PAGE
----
Update July 13th, 2008: Chad Hardy has been excommunicated from the LDS Church. See updated post HERE
The operator of the MormonsExposed website will be facing LDS Church discipline for publishing calendars featuring returned LDS missionaries in "beefcake" poses with their shirts off. Media stories published by CNN, the Deseret News, the Salt Lake Tribune, KSL Channel 5 (205 public comments), and KUTV Channel 2. Also discussed on TMZ.
Hardy has been summoned by letter to a 3:30 P.M. Sunday meeting at the Warm Springs Stake Center in Las Vegas with a council of elders to discuss what is characterized as "conduct unbecoming a member of the church." A copy of the letter from Stake President Frank E. Davie, the senior leader over a group of LDS Church congregations in the Las Vegas area was provided to The Associated Press and to TMZ. It was sent July 6th, just days before the 2009 version of the "Men on a Mission" calendar went to press.
On Friday, Stake President Davie confirmed sending the letter and the plans for the meeting. He said the calendar was the primary concern. "I prefer not to say anything else about it," he said. "There is more involved, and he and I will have our meeting." The outcome of a council meeting could include disfellowship, excommunication, probation, or exoneration," Davie said. However, none of the returned missionaries who posed for Hardy's calendars are reportedly facing any Church discipline at this time.
Chad Hardy actually began the project in 2007. His calendars feature 12 returned church missionaries in mostly modest poses, minus their trademark white shirts, ties and black plastic name badges. So far, they've sold nearly 10,000 copies. Hardy has always been careful to disavow any official connection with the LDS Church. "You see more in a JC Penney catalog," said Hardy, 31, who once worked for Utah Jazz owner Larry Miller and now has his own entertainment company. "I just feel like my right to free speech is being violated." Hardy explains his motivation and objectives on the FAQ page of his website. They also donate a certain percentage of the proceeds to a range of charities listed HERE.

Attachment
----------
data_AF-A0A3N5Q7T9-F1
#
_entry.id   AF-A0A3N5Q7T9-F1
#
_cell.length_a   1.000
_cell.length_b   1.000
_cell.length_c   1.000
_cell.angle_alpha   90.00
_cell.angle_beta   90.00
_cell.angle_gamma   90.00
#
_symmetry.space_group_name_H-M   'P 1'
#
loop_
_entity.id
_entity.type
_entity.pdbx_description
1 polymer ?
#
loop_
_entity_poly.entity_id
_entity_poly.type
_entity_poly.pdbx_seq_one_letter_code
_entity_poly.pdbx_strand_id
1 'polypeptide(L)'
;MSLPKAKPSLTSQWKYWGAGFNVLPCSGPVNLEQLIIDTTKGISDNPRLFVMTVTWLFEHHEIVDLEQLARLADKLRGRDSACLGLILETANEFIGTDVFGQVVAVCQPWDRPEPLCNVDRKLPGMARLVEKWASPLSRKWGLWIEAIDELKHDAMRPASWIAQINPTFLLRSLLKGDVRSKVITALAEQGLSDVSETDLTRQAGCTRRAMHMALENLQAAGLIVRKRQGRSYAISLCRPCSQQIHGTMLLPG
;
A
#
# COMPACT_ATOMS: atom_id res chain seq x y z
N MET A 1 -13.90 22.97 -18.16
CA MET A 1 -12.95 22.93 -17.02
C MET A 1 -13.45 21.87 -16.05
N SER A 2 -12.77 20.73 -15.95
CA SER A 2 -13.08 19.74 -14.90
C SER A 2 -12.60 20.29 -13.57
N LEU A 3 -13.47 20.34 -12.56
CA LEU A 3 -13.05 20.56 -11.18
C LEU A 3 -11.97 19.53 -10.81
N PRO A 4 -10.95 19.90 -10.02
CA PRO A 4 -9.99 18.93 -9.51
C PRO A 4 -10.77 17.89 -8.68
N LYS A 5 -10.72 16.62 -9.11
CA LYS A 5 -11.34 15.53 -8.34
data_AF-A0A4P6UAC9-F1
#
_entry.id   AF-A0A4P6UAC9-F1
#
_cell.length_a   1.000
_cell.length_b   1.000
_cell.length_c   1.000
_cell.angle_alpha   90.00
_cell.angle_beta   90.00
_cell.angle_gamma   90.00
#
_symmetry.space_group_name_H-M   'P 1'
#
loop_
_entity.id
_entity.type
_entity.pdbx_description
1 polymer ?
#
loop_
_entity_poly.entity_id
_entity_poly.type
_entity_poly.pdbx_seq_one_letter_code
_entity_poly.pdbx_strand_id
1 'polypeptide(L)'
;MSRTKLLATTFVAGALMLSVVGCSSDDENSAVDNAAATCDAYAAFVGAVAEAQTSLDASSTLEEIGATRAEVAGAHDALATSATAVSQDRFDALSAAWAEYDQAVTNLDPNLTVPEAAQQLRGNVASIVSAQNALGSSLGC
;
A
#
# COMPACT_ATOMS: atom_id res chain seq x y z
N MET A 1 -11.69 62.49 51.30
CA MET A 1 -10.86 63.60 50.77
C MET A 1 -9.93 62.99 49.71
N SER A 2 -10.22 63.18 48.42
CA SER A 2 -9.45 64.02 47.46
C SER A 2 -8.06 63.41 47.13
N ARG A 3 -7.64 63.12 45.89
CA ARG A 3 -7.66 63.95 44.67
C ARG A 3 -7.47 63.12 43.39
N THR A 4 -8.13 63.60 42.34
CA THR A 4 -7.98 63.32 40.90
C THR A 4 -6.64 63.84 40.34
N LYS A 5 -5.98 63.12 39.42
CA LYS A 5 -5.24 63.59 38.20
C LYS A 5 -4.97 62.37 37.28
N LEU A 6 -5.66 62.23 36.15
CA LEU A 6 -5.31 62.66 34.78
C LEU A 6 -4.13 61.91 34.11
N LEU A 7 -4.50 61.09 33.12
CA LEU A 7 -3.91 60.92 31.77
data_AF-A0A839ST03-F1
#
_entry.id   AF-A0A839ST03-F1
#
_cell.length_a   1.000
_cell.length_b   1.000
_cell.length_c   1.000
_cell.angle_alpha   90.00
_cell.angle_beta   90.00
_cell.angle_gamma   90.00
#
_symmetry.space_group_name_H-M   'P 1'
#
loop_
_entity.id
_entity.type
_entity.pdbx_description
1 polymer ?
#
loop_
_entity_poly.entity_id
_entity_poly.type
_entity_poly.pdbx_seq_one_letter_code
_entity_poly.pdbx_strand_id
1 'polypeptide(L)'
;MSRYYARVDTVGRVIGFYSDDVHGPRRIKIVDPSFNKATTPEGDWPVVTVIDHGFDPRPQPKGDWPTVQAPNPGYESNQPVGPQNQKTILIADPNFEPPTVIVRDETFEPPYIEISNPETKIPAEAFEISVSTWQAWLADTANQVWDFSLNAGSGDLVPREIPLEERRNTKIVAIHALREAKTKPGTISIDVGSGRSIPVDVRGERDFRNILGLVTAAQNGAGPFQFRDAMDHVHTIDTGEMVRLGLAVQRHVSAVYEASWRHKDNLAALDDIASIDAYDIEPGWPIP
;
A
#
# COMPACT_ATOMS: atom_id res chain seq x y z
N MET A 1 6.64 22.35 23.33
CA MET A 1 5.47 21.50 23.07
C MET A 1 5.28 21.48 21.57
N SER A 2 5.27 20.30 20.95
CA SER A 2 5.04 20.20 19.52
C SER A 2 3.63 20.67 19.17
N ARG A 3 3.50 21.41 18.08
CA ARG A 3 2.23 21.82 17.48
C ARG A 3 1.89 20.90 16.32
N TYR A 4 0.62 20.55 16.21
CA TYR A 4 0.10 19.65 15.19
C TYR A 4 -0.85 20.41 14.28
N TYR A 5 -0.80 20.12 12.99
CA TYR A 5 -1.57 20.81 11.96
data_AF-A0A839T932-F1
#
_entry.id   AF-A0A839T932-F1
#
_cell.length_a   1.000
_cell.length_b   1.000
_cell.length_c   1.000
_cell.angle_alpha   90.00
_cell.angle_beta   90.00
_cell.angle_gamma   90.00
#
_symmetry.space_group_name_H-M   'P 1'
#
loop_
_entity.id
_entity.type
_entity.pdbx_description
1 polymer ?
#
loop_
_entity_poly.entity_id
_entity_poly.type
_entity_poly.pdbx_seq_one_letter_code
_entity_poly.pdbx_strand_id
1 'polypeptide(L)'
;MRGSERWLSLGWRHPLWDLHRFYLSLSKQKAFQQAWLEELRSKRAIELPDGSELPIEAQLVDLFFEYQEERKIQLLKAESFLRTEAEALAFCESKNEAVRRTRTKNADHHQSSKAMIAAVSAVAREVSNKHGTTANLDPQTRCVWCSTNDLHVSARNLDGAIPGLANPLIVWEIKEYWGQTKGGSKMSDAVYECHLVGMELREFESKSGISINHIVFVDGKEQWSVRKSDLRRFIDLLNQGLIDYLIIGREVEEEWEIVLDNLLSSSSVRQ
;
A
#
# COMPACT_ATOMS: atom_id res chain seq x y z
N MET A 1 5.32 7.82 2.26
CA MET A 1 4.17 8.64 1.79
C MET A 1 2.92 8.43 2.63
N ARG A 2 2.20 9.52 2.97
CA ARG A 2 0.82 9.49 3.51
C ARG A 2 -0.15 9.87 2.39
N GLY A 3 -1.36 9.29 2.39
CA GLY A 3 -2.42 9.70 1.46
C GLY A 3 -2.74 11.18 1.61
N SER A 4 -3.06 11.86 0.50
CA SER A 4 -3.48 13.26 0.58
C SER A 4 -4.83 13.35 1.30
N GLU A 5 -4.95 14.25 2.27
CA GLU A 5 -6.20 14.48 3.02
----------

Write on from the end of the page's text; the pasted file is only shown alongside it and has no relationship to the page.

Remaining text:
Hardy acknowledged he's not been an active member of the church since 2002. A returned missionary who served in southern California, he no longer pays church tithing or wears the religious undergarments considered sacred. In six years, Hardy has never been contacted by anyone from the church encouraging his return to the fold and he suspects the current inquiry was driven by the church's Salt Lake City headquarters. Despite his inactivity, there is no sign that he has actually apostasized from the Church. "I'm still a good Mormon boy in many ways," said Hardy, who says he bears no animosity toward Latter-day Saints, but never felt he fit in. "I still want to hold onto my heritage."
Public reaction seems to favor Hardy, even among the LDS community. Most supporters do not believe it detracts from the Church's image; some in fact believe it makes the Church look a bit less starchy. However, opponents like A Soft Answer believe it demeans the Church's image. Missionaries in the field are not encourage to present themselves as sex objects; they're out to sell salvation, not procreation. The Gospel does not need to be "sexed up" the way the greater society has been sexualized. How would it look if Relief Society sisters posed in thongs on a calendar? Or, for that matter, how would Catholics feel if priests posed shirtless on a beefcake calendar?
This is why Voice Of Deseret sympathizes with those who oppose the calendar. However, this does not rise to the level of an excommunication, or even a disfellowshipment. In either case, actual harm to the Church has to be intended. It's obvious that Chad Hardy did NOT intend harm to the Church. But if he insists on continuing to portray missionaries in such a un-saintly fashion, then it would be appropriate to put Hardy in a probationary status, which simply means he is denied a temple recommend.